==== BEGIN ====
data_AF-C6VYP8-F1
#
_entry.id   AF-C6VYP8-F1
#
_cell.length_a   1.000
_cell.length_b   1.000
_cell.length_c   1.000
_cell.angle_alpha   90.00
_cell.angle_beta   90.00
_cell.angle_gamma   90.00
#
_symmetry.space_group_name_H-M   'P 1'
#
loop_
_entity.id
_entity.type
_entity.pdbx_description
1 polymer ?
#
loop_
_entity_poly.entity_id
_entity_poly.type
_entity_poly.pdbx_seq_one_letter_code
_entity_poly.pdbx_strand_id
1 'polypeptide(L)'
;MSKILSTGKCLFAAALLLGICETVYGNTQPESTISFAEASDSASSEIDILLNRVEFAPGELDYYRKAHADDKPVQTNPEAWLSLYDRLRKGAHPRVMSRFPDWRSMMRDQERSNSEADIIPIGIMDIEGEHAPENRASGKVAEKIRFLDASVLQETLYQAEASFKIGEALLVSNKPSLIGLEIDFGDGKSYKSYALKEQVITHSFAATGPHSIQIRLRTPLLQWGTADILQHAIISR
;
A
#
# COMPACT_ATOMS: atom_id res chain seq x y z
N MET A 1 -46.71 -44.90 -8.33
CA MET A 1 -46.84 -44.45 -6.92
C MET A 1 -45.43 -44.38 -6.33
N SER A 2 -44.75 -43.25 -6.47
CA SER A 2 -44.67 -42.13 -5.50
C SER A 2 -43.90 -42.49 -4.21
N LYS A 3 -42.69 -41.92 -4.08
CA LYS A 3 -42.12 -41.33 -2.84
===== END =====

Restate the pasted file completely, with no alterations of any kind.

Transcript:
data_AF-C6VYP8-F1
#
_entry.id   AF-C6VYP8-F1
#
_cell.length_a   1.000
_cell.length_b   1.000
_cell.length_c   1.000
_cell.angle_alpha   90.00
_cell.angle_beta   90.00
_cell.angle_gamma   90.00
#
_symmetry.space_group_name_H-M   'P 1'
#
loop_
_entity.id
_entity.type
_entity.pdbx_description
1 polymer ?
#
loop_
_entity_poly.entity_id
_entity_poly.type
_entity_poly.pdbx_seq_one_letter_code
_entity_poly.pdbx_strand_id
1 'polypeptide(L)'
;MSKILSTGKCLFAAALLLGICETVYGNTQPESTISFAEASDSASSEIDILLNRVEFAPGELDYYRKAHADDKPVQTNPEAWLSLYDRLRKGAHPRVMSRFPDWRSMMRDQERSNSEADIIPIGIMDIEGEHAPENRASGKVAEKIRFLDASVLQETLYQAEASFKIGEALLVSNKPSLIGLEIDFGDGKSYKSYALKEQVITHSFAATGPHSIQIRLRTPLLQWGTADILQHAIISR
;
A
#
# COMPACT_ATOMS: atom_id res chain seq x y z
N MET A 1 -46.71 -44.90 -8.33
CA MET A 1 -46.84 -44.45 -6.92
C MET A 1 -45.43 -44.38 -6.33
N SER A 2 -44.75 -43.25 -6.47
CA SER A 2 -44.67 -42.13 -5.50
C SER A 2 -43.90 -42.49 -4.21
N LYS A 3 -42.69 -41.92 -4.08
CA LYS A 3 -42.12 -41.33 -2.84